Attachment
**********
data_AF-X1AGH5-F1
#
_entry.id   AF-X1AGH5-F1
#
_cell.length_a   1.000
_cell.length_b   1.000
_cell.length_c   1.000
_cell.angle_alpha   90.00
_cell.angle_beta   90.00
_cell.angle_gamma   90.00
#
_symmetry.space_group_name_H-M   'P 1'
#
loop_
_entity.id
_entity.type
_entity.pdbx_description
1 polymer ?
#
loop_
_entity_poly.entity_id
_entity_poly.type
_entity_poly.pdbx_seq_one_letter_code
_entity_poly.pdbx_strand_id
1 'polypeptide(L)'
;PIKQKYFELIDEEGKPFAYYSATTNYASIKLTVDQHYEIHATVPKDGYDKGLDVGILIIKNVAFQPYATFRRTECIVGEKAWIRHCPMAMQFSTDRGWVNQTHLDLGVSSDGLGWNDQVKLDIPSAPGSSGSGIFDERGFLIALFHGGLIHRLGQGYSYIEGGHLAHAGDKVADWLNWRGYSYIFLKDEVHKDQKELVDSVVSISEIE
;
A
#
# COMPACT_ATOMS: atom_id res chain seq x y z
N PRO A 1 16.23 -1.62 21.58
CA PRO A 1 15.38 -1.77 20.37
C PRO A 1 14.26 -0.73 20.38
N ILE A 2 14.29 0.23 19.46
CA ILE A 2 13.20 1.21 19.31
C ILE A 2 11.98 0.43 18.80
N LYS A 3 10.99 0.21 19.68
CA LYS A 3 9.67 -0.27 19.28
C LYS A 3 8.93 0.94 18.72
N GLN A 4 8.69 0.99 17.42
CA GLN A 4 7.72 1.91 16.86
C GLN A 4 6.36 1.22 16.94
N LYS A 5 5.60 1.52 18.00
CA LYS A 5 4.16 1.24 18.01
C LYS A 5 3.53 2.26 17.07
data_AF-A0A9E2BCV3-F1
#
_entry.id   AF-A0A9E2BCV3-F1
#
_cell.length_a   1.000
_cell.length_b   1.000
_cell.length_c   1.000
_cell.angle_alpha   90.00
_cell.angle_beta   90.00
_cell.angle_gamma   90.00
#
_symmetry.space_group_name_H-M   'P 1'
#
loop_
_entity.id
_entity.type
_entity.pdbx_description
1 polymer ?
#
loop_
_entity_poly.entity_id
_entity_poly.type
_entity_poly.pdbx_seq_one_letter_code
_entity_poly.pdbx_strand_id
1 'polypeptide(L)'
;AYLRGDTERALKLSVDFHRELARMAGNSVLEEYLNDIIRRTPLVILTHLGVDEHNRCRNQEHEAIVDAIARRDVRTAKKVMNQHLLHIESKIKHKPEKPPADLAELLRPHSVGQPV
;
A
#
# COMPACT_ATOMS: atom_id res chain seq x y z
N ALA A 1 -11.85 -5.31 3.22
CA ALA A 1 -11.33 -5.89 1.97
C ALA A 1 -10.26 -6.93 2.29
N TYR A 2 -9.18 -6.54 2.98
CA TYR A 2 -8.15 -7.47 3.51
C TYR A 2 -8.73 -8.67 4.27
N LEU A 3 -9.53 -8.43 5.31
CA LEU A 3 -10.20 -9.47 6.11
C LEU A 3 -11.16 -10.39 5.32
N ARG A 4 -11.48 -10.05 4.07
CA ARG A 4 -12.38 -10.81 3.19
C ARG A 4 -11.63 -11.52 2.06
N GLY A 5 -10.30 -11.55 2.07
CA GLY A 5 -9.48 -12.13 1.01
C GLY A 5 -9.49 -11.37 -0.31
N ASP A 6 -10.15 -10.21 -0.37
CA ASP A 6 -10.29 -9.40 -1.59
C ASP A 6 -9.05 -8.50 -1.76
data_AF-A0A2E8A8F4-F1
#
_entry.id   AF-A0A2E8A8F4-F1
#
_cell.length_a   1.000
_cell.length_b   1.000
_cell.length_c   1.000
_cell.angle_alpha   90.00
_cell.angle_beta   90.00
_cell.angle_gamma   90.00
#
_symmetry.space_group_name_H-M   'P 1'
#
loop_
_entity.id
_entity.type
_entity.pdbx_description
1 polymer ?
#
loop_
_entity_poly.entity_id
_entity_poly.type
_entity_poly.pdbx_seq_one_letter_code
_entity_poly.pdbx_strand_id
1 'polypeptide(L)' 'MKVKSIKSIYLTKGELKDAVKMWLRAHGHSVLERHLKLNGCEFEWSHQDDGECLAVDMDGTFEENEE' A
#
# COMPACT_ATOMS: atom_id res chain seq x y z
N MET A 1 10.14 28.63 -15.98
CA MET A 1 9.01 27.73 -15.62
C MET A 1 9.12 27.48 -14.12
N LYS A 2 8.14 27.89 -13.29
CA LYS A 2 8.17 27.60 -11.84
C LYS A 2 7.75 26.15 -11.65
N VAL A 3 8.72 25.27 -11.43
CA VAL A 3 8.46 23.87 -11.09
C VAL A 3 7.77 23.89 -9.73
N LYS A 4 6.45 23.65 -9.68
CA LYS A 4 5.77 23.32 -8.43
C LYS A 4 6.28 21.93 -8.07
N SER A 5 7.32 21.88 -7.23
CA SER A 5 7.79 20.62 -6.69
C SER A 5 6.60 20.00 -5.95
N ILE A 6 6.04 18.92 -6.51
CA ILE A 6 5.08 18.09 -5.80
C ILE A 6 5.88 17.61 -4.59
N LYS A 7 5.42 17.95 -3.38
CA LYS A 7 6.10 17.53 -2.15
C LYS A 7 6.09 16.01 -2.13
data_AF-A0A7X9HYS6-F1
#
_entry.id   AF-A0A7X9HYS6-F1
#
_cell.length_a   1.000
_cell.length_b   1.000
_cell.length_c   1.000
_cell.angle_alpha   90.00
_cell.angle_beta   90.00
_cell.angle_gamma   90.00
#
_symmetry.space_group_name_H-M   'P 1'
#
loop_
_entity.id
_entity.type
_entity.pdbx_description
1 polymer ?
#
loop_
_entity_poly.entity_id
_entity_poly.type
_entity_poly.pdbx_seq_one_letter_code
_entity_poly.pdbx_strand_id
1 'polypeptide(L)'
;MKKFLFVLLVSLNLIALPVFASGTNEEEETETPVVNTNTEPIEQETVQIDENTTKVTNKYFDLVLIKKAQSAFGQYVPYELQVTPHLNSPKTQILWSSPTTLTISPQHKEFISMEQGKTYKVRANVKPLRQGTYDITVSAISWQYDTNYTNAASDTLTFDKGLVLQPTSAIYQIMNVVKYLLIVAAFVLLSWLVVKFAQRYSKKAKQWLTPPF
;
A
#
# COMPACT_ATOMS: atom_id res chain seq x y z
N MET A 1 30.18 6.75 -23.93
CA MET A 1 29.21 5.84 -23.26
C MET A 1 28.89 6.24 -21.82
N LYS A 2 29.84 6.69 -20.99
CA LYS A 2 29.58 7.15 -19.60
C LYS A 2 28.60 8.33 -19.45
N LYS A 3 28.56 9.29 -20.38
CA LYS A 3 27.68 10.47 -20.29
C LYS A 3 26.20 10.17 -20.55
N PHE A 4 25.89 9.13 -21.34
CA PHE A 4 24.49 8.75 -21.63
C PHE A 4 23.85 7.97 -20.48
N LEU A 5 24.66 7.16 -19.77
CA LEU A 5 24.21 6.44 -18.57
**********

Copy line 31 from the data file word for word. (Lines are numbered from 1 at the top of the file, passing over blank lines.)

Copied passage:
N PRO A 1 16.23 -1.62 21.58